Stew's Views: Fall Camp Day Ten

Another day of two-a-day practices came and went for the WVU football team Tuesday, as the process of re-teaching concepts began just days after the newest Mountaineers had the entire playbook thrown at them in a short span of time.

That method of teaching, which offensive coordinator Jeff Mullen has often termed the "whole-part-whole" process, is one in which coaches throw everything at players within the first few days of practice. They then go back and focus on smaller concepts to fine-tune.

The theory is that players learn more effectively and at a faster rate. Stewart said it is a widely-used philosophy in modern football.

"The old school [approach] is teach very small and build up," the third-year head coach said. "We throw it all at them.

"We have them studying. We're in camp. There's no school. We're just here in meetings and they're always talking football. We believe that's the right thing to do, and most coaches in America put the whole gamut in about the first five days. Then you go back and re-teach segments of what you're trying to get done."

Upperclassmen can play a big role in just how well freshman and other young players learn their craft early. They can serve as extra coaches on the field, of sorts -- and can be easier for players to talk to and ask questions to away from practice.

After struggling to find leadership this spring, Stewart has been pleased with just how many veterans have stepped up to mentor the newer West Virginia players.

He mentioned no less than 13 players as those that have led the way in terms of teaching others at their positions the finer points of the Mountaineer system -- and football in general.

"Hearing from the freshmen ... they've mentioned, ‘Man, coach. I never dreamed it would be like this,'" Stewart said. "And I simply say, ‘You need to do that when you're an upperclassman.' There's so many."

That process continued Tuesday, as WVU practiced in helmets and shorts in the morning session, took a break for lunch and media interviews and prepared for an afternoon practice in helmets and shoulder pads.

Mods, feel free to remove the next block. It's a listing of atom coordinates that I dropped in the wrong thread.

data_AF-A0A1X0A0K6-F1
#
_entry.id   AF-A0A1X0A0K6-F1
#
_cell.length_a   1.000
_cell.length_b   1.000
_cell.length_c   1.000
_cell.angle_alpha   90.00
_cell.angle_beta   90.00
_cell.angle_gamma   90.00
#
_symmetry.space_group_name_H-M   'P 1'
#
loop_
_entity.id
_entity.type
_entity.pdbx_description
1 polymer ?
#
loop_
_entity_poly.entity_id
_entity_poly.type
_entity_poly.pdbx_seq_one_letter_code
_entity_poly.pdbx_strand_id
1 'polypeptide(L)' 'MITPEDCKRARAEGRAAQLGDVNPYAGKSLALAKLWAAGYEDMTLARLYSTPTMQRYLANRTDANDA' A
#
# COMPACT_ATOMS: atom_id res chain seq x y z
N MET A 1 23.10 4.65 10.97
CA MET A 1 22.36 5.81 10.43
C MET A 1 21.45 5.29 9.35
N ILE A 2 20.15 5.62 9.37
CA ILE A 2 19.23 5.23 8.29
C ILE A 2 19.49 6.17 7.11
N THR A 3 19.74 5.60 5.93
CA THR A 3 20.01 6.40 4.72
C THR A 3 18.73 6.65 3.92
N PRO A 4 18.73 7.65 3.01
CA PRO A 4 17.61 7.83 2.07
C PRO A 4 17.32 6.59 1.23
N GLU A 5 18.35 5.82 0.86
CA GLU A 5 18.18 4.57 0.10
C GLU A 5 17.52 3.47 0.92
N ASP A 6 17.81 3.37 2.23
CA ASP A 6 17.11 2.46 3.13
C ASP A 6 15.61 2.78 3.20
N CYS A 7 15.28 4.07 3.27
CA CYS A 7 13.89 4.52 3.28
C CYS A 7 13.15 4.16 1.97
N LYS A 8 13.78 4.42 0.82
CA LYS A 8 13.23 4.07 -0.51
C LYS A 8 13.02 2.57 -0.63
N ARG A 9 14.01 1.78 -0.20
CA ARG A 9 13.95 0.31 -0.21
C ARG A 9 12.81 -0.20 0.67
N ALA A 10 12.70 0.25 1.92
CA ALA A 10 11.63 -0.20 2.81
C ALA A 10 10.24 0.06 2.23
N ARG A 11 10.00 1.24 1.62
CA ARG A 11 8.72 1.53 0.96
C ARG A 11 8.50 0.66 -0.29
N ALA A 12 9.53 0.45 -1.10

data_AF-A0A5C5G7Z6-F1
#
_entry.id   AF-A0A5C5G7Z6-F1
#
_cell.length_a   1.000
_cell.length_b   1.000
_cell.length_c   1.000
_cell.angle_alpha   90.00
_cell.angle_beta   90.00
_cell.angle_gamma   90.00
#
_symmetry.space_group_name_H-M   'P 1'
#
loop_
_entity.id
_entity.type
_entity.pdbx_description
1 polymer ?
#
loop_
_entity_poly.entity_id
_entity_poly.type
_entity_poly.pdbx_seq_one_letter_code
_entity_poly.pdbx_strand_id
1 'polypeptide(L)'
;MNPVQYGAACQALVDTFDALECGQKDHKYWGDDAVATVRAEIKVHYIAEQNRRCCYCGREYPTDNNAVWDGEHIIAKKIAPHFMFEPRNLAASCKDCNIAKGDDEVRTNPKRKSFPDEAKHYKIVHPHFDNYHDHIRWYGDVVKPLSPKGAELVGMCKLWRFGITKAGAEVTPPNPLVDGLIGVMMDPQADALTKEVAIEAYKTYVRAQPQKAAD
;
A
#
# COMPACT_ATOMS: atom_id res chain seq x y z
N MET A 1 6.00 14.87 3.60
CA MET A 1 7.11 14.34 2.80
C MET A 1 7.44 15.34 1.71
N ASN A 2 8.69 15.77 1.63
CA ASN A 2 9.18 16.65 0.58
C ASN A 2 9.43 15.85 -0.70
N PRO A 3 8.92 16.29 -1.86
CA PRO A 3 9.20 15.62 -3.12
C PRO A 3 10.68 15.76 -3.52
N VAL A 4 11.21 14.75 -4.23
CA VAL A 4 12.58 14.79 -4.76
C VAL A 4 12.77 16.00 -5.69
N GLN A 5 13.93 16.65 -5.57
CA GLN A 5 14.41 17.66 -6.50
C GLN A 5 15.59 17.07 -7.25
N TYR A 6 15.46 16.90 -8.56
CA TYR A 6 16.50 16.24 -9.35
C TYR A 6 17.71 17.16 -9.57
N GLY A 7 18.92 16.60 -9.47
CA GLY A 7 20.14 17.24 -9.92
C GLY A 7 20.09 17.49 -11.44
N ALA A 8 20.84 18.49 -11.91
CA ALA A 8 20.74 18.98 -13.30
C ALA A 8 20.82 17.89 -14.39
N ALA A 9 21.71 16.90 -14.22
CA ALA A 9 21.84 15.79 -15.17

Stewart said the team focused on blitzing in the morning practice, allowing the defense to hone its aggressive packages and giving the offense some work on picking up those blitzes. A pass "skeleton" drill and two-minute drill work rounded out the bulk of the agenda for the morning.

"We got some things accomplished, as always, and it was good," Stewart said. "We had a very sharp practice."


  • There was no change in the status of freshman quarterback Jeremy Johnson as of Tuesday, the second consecutive day in which the Texas native did not practice with the team.

    "He's fine," Stewart said. "He's talking with me and I'm talking with him, and that's between us. As I said last night, you'll know once we get this settled which way it's going to go."

    The head coach said Monday that Johnson is "homesick." That came hours after the highly-touted signal-caller wrote on Facebook that he was "officially" a Baylor Bear and expressed disappointment with how he was being used in the Mountaineer offense through the first week of practice.

  • That incident did not mean that Stewart was likely to go the way of other college coaches, like Boise State's Chris Petersen, and limit players' ability to use social media outlets like Facebook and Twitter.

    "I've seen these coaches that have maybe excluded that," he said. "That's up to them. It's just like the NFL agents. I want our guys to hear about the NFL agents, so I brought the NFL Players Association in here to talk to us. How can we get educated if I don't educate them?

    "I told you all a long time ago -- if all I teach these guys is how to block and tackle, then to me, I've failed miserably as a football coach and I've failed as a man. So we try to teach them all those aspects. I don't know that it's my right or whatever -- I don't want to put my guys under such a harness that they're afraid to look left or look right. It's maturity."

  • It was another set of two-a-day practices for the West Virginia players, a taxing affair to be sure, even though the temperatures were "only" in the mid-80s during the afternoon.

    But Stewart had to laugh as he reminisced about "the old days" -- when there were two practices in every day of camp -- with veteran Mountaineer beat reporter Mickey Furfari.

    "There's only four [days of two-a-days], and these guys think it's terrible," he chuckled.

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